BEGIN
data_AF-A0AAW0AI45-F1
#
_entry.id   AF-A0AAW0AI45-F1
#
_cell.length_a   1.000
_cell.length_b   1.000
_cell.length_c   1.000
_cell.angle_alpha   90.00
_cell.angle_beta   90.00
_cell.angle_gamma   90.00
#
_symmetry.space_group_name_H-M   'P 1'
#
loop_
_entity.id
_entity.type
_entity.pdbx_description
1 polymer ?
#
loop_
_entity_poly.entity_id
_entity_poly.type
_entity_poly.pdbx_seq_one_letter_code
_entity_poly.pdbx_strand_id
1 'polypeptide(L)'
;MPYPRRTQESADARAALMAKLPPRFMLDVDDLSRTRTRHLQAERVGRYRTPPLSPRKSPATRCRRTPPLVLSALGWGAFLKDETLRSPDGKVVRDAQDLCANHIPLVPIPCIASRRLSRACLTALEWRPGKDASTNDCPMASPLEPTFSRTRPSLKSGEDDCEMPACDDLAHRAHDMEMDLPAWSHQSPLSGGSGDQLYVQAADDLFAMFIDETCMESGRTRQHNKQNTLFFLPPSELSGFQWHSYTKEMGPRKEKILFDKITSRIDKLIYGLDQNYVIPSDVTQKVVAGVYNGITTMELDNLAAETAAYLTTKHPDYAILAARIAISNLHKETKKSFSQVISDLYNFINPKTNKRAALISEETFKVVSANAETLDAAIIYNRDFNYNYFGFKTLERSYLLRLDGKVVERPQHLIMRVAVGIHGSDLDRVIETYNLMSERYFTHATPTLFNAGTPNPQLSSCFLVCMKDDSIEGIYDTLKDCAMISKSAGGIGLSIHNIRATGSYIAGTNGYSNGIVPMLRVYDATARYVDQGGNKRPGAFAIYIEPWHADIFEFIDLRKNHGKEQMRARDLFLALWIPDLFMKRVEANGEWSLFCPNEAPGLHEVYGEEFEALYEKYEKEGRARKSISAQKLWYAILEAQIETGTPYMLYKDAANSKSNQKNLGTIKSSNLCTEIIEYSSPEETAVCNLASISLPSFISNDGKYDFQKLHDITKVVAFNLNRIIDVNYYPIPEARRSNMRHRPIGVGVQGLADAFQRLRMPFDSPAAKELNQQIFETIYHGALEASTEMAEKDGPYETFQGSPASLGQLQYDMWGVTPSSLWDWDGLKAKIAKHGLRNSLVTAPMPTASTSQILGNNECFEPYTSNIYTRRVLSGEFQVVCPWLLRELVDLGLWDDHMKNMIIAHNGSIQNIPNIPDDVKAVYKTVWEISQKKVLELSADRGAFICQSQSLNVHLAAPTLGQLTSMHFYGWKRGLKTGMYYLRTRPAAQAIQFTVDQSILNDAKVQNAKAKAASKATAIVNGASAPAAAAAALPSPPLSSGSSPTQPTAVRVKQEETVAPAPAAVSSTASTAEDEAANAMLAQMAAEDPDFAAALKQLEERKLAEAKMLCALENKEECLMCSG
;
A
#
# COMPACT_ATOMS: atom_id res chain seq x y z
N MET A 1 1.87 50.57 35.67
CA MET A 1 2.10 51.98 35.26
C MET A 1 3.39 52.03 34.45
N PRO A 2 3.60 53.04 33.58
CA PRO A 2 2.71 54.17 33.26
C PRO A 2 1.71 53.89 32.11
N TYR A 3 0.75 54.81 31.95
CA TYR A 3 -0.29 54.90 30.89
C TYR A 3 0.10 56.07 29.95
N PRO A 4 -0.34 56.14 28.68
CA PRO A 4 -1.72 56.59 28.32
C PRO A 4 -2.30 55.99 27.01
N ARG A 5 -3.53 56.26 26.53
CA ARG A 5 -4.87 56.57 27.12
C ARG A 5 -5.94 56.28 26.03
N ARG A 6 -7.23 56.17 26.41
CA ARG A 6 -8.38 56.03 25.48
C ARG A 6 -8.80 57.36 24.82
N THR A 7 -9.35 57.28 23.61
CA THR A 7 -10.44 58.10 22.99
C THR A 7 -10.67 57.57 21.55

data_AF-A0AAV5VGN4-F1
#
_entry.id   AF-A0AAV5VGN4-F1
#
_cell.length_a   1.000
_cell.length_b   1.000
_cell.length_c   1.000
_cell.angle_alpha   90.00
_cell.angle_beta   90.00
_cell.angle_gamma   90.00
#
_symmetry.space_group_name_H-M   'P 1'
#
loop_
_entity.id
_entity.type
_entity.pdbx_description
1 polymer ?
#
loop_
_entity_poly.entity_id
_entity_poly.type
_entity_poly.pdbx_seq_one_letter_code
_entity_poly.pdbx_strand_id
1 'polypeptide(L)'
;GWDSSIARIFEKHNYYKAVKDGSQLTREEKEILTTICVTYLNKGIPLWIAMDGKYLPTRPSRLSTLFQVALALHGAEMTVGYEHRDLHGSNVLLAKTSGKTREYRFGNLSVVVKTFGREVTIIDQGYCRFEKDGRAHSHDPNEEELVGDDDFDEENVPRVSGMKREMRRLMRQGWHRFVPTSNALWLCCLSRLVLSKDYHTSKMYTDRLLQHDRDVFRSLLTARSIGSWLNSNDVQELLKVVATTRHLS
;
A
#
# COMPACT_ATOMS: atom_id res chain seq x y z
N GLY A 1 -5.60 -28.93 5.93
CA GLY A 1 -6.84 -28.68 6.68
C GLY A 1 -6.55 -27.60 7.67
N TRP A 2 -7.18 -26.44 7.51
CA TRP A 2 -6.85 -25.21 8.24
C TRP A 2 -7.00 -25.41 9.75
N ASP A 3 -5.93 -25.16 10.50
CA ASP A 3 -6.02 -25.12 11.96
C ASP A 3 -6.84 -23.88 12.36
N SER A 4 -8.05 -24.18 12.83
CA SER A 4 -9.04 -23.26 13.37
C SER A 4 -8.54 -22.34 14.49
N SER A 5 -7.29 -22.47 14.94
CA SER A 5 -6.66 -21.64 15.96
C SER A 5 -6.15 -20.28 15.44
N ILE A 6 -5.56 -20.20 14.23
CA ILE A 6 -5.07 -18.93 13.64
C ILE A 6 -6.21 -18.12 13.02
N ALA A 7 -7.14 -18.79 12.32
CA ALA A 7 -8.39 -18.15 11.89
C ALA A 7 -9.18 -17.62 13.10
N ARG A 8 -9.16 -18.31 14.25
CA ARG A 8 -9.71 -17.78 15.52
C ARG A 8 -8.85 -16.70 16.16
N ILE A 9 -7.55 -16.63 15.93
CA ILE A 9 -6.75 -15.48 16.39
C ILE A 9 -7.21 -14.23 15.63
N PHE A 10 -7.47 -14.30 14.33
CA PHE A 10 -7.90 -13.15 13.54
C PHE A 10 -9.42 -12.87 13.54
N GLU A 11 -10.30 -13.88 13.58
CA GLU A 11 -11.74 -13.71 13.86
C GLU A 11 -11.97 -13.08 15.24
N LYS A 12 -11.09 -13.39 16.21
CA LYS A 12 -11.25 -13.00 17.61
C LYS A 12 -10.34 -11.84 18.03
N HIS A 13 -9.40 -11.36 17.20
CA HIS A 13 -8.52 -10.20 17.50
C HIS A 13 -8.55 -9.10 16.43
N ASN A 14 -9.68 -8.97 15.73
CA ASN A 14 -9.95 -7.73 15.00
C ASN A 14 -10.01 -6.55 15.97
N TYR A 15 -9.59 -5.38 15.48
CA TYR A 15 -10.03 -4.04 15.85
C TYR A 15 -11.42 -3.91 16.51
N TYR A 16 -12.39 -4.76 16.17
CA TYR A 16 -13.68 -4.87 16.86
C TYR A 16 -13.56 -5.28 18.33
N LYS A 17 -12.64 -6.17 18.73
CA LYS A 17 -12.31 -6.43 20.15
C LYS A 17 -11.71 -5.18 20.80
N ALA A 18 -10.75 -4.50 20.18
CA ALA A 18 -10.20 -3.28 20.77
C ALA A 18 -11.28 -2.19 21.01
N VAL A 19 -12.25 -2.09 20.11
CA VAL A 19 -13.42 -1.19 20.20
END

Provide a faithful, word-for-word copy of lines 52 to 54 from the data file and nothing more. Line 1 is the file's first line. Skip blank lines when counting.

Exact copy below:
data_AF-A0AAV5VGN4-F1
#
_entry.id   AF-A0AAV5VGN4-F1